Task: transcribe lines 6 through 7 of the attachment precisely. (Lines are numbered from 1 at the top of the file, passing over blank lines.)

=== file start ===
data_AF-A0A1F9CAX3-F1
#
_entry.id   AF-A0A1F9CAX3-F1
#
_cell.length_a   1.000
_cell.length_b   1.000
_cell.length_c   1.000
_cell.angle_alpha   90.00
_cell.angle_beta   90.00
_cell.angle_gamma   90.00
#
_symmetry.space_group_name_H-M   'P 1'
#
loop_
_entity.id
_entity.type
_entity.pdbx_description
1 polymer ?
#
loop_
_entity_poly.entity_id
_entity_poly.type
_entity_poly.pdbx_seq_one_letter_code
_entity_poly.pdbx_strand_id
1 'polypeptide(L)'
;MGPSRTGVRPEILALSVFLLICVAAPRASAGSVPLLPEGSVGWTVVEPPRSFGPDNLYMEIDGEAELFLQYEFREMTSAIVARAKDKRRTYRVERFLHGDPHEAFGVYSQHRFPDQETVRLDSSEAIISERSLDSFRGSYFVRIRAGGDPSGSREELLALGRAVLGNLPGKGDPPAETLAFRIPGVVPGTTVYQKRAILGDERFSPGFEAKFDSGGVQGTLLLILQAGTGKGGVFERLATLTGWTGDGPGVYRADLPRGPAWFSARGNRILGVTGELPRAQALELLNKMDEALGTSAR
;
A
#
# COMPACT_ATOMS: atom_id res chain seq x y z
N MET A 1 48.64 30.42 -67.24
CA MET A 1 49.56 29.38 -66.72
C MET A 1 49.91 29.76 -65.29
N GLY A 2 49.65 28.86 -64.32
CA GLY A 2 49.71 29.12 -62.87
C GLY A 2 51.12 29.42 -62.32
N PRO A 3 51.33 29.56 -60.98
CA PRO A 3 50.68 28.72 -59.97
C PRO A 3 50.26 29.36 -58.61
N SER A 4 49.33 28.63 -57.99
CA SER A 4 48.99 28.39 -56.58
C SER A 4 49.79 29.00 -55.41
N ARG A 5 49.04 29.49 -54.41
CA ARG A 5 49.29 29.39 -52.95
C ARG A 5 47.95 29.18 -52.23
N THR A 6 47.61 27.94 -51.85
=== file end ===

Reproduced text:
_cell.length_b   1.000
_cell.length_c   1.000